Humanistic Tendencies in Business

Your business is not a computer program and your employees aren’t robots

For a while, business management was seen as a technical job. In some cases it still is. This is the type of management where the task to be done is broken down into component parts so that a human or robot can do one little job and then it moves on to the next person/robot for the next little thing and this keeps happening until finally, all the little jobs are completed and the task is done.

This is a mechanical view of management and it has its uses.  The problem is that humans aren’t robots and the mechanical model can only improve productivity to a point.

Humanistic tendencies in business aren’t just a reaction to mechanical managing. It’s also about recognizing that humans matter. That the business is run by and for humans and that humans matter.

Humanistic tendencies in business help us to recognize that even as we automate our businesses, our companies are still essentially collections of people working together for a common cause. Your workers aren’t slaves. You don’t own them. They aren’t “resources” or robots. They are human just like you.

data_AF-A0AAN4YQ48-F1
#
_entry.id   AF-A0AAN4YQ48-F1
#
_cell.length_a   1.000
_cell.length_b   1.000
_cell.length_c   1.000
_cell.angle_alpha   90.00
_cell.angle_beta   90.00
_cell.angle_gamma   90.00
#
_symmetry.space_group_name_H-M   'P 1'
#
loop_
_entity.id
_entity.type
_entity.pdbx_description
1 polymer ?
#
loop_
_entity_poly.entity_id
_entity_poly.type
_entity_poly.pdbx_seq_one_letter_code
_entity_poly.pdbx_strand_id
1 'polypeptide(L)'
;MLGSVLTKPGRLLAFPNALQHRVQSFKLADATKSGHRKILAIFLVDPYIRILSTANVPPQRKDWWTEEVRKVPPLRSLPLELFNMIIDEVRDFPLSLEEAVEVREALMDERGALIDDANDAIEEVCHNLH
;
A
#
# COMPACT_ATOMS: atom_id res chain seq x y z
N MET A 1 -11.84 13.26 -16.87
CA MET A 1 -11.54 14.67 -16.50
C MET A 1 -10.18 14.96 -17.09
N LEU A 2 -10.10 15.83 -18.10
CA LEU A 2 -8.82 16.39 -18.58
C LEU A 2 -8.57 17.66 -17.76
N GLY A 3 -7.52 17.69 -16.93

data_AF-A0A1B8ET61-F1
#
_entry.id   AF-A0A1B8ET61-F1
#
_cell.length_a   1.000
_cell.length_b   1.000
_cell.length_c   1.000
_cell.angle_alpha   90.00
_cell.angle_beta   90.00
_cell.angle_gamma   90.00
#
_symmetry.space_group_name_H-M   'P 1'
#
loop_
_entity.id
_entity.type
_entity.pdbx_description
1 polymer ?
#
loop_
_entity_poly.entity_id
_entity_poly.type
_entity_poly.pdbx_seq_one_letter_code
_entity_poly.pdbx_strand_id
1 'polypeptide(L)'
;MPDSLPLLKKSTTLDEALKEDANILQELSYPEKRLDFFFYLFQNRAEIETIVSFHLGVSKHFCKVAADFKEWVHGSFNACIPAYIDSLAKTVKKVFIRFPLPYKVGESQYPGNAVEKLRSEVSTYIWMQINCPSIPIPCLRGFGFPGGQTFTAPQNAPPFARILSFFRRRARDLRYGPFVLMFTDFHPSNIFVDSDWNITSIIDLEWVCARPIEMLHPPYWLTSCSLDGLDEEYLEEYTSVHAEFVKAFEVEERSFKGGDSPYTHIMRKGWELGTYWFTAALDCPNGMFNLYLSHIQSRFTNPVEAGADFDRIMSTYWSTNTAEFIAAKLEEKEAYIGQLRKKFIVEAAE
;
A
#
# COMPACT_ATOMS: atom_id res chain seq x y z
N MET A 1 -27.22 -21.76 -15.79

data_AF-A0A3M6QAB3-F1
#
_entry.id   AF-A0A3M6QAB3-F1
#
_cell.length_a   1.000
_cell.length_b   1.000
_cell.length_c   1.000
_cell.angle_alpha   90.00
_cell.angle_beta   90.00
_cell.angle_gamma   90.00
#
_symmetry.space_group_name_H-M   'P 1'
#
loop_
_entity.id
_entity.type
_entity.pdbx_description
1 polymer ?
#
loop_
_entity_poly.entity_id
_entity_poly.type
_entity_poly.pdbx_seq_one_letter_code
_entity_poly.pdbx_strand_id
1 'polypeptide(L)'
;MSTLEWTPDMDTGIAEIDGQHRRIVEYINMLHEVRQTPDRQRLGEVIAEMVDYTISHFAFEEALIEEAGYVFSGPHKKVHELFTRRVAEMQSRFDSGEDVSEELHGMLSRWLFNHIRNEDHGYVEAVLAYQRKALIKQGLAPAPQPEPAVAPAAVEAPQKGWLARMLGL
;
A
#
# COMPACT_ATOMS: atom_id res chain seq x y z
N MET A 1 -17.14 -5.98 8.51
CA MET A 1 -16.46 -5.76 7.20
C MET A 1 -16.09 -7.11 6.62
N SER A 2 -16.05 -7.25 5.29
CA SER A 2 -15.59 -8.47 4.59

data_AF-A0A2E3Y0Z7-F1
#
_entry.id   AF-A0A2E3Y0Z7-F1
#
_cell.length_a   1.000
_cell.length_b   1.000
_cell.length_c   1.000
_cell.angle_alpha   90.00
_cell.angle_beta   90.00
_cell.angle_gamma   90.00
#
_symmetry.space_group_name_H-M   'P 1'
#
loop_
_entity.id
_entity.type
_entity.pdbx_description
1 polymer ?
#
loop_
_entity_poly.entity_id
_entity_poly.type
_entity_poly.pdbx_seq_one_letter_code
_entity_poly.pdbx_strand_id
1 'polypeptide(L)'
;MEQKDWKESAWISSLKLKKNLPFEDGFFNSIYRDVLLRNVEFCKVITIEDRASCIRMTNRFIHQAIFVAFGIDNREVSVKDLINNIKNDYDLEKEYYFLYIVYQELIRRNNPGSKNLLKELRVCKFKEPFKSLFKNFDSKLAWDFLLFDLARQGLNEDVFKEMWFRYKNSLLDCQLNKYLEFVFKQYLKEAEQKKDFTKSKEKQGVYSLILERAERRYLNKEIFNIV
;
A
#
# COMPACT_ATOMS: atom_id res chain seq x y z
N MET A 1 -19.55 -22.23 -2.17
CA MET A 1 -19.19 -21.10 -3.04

Managers who try to exercise power over workers as if they are slaves aren’t good managers. They have no idea how to lead and share power WITH their employees. The humanistic tendency is about respecting the autonomy of your workers and the creativity that comes with that autonomy. It’s a much more democratic and respectful approach.

Finally, the humanistic tendency in business is that our businesses aren’t just about generating money or capital. They are about using capital to help solve the real problems we face as a society. It is the rejection of greed as a governing value in business.

Humanistic tendencies in business value the business in terms of how well it helps humans thrive. All humans and not just those who own the company. This means that a humanistic business gives employees with meaningful work that provides a living wage. And no you can’t separate out the living wage issue from a humanistic approach to business because any wage that isn’t enough to live on creates societal problems and doesn’t fix them. If a business can’t afford to pay a living wage, from a humanistic perspective, it’s a failure because it’s is creating a net drain on society.

Is your company part of the solution? Or part of the problem? And if it’s part of the problem, what do you plan to do about it?

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